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Michael J. Gerson

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Michael J. Gerson, a former key aide and speechwriter for President George W. Bush until summer 2006, joined the Washington Post as op-ed columnist in January 2007, with a syndicated, twice a week column. After leaving the White House, Gerson joined the Council on Foreign Relations as the Roger Hertog Senior Fellow.[1]

Gerson is also the author of Heroic Conservatism, a "first-hand, high-level account of the events of the George W. Bush years as well as Gerson’s own blueprint for the future of the Republican party."[2]

Gerson in the White House

Gerson was nominated February 8, 2005, by President George W. Bush to be Assistant to the President for Policy and Strategic Planning. Gerson had been serving as Bush's Director of Presidential Speechwriting and Senior Policy Adviser.[5]

In the news release for Gerson's nomination, President Bush said "Mike Gerson has done an outstanding job as my chief speechwriter since 1999. I have relied on his good advice and sound judgment. He is a vital member of my Administration, and I look forward to his continued service in this new capacity."[5]

"Since 2002, Mr. Gerson has served as Assistant to the President for Speechwriting and Policy Advisor. He served as Deputy Assistant to the President and Director of Presidential Speechwriting from January 2001 until July 2002.

"Prior to joining the Administration, Mr. Gerson was Chief Speechwriter and Senior Policy Advisor for the Bush for President Campaign."[5]

"Mr. Gerson said he was attracted to Mr. Bush because he 'understood that biblical faith has a lot to say about morality, also a lot to say about the poor and also about racial reconciliation.' Mr. Gerson credits Mr. Colson for mentoring him and leading by example: 'He combined tremendous personal integrity with a passion for social justice and for the powerless, and that has been an example to me and a lot of people in knowing that's the appropriate biblical priority," Tim Graham reported January 12, 2002, in World Magazine.[6]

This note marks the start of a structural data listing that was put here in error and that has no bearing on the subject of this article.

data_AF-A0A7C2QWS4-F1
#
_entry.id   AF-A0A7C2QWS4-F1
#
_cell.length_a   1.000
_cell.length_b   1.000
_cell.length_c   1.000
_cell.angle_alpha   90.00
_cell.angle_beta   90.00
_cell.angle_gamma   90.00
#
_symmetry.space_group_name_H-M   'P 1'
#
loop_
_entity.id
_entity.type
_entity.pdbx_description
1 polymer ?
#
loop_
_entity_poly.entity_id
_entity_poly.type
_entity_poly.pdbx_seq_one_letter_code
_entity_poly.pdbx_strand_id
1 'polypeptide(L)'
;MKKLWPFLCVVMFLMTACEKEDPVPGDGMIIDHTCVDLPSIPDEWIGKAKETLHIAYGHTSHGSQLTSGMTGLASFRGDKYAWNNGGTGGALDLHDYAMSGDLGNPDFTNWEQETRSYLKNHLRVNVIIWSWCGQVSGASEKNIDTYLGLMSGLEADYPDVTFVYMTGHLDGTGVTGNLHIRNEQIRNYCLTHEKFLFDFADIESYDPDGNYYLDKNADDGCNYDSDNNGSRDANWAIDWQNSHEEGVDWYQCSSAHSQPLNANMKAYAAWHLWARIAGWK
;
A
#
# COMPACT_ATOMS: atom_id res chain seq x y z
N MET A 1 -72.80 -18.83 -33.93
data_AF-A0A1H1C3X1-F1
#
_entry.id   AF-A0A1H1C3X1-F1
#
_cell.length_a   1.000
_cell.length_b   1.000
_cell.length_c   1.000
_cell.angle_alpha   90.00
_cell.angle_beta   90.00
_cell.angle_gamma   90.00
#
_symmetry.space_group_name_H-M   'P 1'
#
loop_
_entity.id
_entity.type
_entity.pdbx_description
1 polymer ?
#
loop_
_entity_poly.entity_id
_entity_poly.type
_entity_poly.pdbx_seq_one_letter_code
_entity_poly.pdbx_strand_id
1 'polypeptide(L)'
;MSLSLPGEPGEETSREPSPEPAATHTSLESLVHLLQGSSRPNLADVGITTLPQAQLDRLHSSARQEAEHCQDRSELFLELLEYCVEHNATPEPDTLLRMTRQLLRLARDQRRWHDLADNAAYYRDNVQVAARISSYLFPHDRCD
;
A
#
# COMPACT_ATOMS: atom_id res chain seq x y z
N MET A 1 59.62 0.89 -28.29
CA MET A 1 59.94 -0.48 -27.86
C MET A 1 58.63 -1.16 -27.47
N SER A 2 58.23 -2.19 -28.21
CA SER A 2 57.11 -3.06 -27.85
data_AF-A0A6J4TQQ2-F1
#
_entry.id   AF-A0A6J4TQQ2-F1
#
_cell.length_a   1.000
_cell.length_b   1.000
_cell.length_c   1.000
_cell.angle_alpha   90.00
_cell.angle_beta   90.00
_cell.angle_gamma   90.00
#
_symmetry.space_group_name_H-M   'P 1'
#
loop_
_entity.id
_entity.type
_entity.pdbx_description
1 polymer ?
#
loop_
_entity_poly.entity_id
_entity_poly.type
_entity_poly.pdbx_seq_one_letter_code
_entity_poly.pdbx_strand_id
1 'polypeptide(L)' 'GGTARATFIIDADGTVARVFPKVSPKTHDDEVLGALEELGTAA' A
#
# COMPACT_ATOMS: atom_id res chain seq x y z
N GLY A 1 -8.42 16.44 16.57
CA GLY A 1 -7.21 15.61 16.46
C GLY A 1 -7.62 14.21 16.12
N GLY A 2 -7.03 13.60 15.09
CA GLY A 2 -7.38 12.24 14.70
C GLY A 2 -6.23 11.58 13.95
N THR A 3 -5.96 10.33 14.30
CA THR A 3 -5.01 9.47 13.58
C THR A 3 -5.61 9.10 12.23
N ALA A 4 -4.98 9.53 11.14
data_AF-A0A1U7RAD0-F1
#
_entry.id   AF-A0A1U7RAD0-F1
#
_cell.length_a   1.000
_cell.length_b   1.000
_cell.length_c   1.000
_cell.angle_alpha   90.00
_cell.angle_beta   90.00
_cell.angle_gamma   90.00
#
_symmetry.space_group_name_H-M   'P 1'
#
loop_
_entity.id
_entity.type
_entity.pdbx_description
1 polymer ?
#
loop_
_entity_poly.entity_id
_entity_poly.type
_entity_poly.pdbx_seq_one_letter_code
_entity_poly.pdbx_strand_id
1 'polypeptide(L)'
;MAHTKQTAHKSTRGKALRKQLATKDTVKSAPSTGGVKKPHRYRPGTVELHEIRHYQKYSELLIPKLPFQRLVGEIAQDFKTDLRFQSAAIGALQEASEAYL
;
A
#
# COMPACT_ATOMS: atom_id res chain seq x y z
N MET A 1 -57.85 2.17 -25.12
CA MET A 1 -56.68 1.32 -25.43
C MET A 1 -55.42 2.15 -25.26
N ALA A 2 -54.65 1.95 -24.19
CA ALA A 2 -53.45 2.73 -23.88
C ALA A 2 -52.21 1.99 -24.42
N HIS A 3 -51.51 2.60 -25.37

In the White House, the speechwriting team under Gerson included deputy speechwriting director Peter Wehner, a longtime aide to Bill Bennett; David Frum, an author and Weekly Standard writer who focuses mostly on economic issues; and Matthew Scully, a former speechwriter for Dan Quayle. "Other speechwriters contribute on major addresses. The Sept. 20 address drew on John Gibson, who writes speeches for the president on national security issues, and John McConnell, a writer assigned to Vice President Dick Cheney," Graham reported.[6]

In the October 11, 2002, Washington Post, Mike Allen described[7] Gerson's appointment to Bush's staff occurring when he summoned to Bush's Washington hotel suite "during a National Governors Association meeting and hired him on the spot to help develop domestic policy, including an education message that included a federal role."

Allen reported[7] that when Gerson took over from [former Bush adviser] Karen P. Hughes the position was elevated to assistant to the president for speechwriting and policy adviser, from deputy assistant to the president and director of presidential speechwriting. Gerson attends the daily 7:30 a.m. senior staff meeting the 8:30 a.m. communication meeting, "where Bush's daily message is shaped".

"The hallmark of Gerson's speeches is the invocation of the vocabulary and literature of faith, and that only increased after Sept. 11, 2001 ... The result is a president whose public words are laced with biblical undertones," Allen wrote.[7]

"'We have tried to employ religious language in a way that unites people,' he said. 'Martin Luther King, Jr. did it all the time during the civil rights movement. He was in this long tradition, going back to Old Testament prophets, that says God is active in history and, eventually, he's on the side of justice.'"[7]

Influential Evangelical

The February 7, 2005, issue of Time Magazine featured "The 25 Most Influential Evangelicals in America",[8] which lists Gerson as the ninth most influential:[9]